They’re not good at song titles, either.

Critics noticed that MBV performed while staring down at their shoes and dubbed them “shoegazers.” This was a band that was never going to lose the ball in the lights.

Random Pan of the Day
MC Hammer, Please Hammer Don’t Hurt ’Em (1990)
I found this at a yard sale. It’s as monotonous as I remembered. However, this time around I realized that any spot in any song where Hammer is quiet immediately improves. Also, his cover of “Have You Seen Her” (a hit for The Chi-Lites in 1971) completely gets away from him. By the halfway point of “Have You Seen Her,” Hammer is trying to squeeze himself past his backup singers, who don’t notice that he’s there. With no one else to talk to, he asks himself if he’s seen her. Turns out he hasn’t. He gives up in the final 15 seconds, and the song takes off, with a surprising and effective ending.

I was saddened to learn that Please Hammer Don’t Hurt ’Em is the biggest-selling rap album in the history of everything. Hammer hurt us.


  1. mikener says:

    Poetry is a little out of my strike zone, but I’m willing to widen my stance, choke up, and take another swing at reading some if it would help me come up with a hit phrase like “…slinging words for The Man…”

    • Run-DMSteve says:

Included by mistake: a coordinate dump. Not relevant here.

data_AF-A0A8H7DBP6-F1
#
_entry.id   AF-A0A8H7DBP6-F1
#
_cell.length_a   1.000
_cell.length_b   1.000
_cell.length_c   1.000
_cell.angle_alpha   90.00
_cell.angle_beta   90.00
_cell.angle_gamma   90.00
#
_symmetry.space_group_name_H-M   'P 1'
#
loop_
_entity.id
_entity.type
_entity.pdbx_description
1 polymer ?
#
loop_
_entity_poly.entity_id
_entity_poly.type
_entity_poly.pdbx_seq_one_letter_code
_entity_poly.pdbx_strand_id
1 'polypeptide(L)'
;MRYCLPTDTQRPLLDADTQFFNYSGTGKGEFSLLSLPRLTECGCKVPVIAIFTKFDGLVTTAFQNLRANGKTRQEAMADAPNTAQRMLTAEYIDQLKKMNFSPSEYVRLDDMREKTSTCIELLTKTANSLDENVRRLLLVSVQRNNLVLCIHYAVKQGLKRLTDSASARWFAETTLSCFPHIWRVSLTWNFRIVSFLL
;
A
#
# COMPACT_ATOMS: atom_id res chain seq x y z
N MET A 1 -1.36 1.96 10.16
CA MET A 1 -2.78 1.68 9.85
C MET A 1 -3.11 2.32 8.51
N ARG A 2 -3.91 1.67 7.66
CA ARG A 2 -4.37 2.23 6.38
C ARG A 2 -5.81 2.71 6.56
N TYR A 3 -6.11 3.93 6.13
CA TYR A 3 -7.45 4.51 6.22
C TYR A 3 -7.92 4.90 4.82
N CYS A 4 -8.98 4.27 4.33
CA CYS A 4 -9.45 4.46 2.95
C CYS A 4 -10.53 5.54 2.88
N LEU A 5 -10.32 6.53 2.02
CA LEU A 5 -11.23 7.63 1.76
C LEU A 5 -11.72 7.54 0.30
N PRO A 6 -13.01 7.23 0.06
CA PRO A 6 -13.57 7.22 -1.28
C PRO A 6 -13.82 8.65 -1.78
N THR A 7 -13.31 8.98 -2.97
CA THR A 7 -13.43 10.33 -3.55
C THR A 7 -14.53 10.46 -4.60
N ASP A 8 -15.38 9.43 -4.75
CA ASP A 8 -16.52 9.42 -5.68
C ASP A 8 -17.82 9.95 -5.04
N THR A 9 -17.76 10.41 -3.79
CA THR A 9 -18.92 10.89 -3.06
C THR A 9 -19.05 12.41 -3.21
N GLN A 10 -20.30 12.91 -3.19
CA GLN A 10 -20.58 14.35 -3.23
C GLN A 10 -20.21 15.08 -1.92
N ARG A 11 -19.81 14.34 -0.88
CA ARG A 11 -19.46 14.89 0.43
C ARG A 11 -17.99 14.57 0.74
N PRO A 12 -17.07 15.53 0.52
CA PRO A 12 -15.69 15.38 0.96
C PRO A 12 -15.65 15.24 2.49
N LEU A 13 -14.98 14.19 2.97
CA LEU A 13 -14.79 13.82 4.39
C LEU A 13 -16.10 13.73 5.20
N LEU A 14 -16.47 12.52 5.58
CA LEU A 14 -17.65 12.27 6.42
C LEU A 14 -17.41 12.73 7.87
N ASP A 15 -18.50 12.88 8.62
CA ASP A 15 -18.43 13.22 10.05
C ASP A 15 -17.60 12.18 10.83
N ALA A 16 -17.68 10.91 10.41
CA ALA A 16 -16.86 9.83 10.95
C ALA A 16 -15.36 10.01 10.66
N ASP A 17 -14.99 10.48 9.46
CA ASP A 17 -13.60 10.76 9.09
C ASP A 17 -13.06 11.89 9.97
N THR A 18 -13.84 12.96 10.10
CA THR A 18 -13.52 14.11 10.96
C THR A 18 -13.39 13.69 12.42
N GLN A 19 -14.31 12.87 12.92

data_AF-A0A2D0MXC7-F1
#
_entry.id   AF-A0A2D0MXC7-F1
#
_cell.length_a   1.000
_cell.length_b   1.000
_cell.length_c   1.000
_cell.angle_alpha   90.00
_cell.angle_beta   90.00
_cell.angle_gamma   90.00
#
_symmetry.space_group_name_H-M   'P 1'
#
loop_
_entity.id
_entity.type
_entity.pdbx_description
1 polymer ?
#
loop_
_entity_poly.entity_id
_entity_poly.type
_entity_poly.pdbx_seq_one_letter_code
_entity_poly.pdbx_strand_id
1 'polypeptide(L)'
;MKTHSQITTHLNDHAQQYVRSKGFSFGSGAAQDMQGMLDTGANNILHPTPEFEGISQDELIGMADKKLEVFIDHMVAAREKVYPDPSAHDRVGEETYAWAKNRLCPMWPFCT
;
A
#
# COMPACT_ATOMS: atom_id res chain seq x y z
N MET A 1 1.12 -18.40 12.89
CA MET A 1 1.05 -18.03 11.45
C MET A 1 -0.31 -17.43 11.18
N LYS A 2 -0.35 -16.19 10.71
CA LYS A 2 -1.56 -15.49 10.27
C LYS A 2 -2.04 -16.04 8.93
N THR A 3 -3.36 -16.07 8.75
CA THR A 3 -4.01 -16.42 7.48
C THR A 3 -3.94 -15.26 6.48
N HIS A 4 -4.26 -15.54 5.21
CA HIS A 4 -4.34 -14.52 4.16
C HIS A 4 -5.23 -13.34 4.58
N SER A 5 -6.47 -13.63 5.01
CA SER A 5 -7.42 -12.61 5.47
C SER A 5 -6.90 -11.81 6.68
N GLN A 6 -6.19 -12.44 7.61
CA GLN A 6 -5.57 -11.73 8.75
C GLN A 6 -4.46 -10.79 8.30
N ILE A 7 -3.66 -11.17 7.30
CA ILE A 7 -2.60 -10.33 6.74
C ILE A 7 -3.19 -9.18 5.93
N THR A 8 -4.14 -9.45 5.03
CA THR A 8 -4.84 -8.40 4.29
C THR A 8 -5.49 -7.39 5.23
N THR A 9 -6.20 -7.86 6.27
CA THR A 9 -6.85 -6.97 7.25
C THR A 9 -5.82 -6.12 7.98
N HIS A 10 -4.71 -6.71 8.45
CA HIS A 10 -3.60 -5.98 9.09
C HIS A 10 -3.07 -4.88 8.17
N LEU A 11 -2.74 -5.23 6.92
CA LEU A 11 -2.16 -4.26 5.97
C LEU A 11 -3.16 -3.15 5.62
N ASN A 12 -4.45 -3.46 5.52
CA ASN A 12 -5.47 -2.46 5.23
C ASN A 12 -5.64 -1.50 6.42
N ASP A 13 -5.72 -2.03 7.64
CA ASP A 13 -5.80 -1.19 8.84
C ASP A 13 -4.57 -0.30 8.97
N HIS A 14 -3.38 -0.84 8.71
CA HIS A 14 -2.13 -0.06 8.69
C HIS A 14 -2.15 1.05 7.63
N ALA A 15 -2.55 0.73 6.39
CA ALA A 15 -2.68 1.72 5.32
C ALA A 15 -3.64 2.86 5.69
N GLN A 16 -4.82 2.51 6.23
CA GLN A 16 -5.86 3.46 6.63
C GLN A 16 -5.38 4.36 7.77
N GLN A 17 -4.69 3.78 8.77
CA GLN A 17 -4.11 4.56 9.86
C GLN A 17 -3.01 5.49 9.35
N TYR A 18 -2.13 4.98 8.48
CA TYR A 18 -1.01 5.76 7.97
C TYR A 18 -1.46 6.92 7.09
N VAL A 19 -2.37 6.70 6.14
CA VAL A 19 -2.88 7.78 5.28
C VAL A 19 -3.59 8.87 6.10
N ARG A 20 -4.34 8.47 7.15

Thanks, but I have a long way to go before I can write a line like Nobel Laureate Bob Dylan. “It takes a lot to laugh, it takes a train to cry.”

      Since you brought up baseball, Donald Hall wrote many baseball poems. Just sayin’.

  2. Mr. Seaside says:

    The cages are clean and the children get fed 3-squares and have a period each day in the yard. What’s wrong with this prison? I think that some of those in the current “ad-mini-stray-tion” may have picked up on the thoughts of William Burroughs (possibly ‘channeling’ him?), who at one time looked favorably on the idea that children should be taken away from their mothers, by The State, and raised throughout their early, impressionable years. What could go wrong with this sound advice from a Junkie?
    Re:Mr. Hall and ‘work’….Dylan’s “complete evaporation to the core”? or “With all memory and fate
    Driven deep beneath the waves
    Let me forget about today until tomorrow” ?

    • Run-DMSteve says:

      It’s not a prison, it’s a summer camp. Plenty of parents would like to ship their kids to a summer camp surrounded by barbed wire, if not to Siberia. What’s all the fuss about?

      I don’t think Nobel Laureate Bob Dylan was writing about working for a living in either song. (“complete evaporation to the core” and “Let me forget about today until tomorrow,” taken out of context, describe way too many jobs, plus the latter makes a nice pair with The Outsiders’ “Five O’Clock World.” It doesn’t work with Donald Hall, though, because he LIKED to work.) I appreciate your Dylan references. You got me listening to The Byrds and Joan Baez, who can actually play these songs, unlike Nobel Laureate Bob Dylan.